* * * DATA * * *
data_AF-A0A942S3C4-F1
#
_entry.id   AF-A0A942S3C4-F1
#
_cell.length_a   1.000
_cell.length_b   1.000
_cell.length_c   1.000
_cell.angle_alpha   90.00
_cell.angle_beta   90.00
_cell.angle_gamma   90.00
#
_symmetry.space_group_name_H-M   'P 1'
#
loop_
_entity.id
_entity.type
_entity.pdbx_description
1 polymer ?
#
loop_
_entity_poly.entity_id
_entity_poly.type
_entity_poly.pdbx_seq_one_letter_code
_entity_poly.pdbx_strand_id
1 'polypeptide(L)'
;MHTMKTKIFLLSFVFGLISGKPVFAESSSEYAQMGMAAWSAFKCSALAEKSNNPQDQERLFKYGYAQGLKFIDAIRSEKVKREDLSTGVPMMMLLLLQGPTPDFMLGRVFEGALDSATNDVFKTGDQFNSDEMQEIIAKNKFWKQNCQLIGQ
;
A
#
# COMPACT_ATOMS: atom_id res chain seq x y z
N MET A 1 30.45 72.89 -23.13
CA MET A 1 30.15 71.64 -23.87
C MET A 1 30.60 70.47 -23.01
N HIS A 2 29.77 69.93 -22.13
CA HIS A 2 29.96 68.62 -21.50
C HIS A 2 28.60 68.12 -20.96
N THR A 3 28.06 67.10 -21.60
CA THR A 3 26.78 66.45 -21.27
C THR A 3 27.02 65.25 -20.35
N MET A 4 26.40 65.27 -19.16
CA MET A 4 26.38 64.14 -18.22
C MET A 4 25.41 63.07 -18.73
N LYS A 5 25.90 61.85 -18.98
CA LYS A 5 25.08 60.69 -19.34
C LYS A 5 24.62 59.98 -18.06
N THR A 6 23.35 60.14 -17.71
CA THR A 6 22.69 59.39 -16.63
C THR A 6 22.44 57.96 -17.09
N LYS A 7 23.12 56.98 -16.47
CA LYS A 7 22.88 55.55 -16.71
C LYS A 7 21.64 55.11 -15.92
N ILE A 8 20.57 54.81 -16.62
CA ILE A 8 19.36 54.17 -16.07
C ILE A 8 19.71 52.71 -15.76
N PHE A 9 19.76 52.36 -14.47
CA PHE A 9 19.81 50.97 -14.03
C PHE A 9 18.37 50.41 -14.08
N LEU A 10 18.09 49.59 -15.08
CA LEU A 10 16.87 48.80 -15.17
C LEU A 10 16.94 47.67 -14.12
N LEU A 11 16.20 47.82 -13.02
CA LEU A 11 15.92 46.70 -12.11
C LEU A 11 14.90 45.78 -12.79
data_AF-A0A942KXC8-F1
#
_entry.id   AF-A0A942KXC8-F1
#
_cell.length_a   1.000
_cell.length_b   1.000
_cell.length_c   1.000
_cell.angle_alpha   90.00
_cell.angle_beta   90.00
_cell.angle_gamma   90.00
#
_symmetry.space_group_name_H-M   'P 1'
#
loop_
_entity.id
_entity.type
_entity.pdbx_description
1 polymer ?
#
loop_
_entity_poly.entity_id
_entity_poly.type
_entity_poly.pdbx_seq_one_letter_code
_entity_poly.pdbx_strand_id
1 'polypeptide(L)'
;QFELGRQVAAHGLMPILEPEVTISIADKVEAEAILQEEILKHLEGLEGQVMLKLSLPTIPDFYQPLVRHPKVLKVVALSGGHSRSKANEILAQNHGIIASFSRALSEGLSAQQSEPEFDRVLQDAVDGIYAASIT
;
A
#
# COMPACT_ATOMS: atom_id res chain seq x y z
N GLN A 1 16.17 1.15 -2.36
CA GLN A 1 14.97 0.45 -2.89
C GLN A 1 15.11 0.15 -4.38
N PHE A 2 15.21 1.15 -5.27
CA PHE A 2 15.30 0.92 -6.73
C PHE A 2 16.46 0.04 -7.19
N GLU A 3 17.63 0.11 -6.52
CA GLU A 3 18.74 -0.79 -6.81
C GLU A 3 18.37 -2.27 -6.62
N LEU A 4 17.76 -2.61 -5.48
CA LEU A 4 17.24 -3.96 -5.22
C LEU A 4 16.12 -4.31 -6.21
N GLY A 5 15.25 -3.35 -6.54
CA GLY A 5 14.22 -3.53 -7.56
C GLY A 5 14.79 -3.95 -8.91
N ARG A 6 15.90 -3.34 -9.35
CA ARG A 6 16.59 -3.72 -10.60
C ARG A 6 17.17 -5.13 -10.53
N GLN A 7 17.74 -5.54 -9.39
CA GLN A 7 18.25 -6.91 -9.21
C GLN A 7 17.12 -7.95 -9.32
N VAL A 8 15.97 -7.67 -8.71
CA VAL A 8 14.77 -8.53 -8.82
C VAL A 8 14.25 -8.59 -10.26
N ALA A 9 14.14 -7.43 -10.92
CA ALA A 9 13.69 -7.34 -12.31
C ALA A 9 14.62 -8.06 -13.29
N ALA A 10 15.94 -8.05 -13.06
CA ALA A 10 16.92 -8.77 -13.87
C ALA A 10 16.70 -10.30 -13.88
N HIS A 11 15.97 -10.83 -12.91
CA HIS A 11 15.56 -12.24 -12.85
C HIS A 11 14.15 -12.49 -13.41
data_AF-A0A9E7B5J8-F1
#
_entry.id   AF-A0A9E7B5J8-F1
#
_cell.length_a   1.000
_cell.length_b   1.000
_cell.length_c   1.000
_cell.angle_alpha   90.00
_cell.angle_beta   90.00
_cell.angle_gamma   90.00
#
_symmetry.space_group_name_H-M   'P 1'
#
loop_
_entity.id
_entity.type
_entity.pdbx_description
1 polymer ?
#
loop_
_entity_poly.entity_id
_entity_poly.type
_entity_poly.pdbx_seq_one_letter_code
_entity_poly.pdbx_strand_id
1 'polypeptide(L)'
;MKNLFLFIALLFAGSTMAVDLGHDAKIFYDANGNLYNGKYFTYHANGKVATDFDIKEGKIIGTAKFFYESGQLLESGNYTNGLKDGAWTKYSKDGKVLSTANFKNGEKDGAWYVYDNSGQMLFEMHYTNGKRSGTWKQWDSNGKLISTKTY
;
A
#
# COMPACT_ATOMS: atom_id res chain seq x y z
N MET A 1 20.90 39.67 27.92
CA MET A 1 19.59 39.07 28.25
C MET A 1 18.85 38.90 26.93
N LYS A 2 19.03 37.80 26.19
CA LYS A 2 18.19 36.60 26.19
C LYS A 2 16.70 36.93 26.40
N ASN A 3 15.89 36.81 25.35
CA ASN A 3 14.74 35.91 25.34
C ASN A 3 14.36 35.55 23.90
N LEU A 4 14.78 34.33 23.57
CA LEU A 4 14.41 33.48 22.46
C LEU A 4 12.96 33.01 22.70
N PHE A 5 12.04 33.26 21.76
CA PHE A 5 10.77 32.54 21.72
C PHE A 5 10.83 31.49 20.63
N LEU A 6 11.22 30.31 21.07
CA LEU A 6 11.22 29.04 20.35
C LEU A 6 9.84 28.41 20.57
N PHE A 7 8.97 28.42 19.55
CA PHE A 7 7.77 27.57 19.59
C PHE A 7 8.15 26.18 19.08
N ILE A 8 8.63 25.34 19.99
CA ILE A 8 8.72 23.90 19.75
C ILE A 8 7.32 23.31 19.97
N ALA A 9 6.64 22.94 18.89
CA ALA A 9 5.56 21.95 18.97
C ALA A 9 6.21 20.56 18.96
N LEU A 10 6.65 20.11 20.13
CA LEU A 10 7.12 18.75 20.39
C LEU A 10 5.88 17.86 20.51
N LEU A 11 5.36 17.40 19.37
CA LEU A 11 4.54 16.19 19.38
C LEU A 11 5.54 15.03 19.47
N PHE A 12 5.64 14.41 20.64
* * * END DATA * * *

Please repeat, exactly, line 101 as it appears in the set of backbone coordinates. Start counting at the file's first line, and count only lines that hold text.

CA GLU A 3 18.74 -0.79 -6.81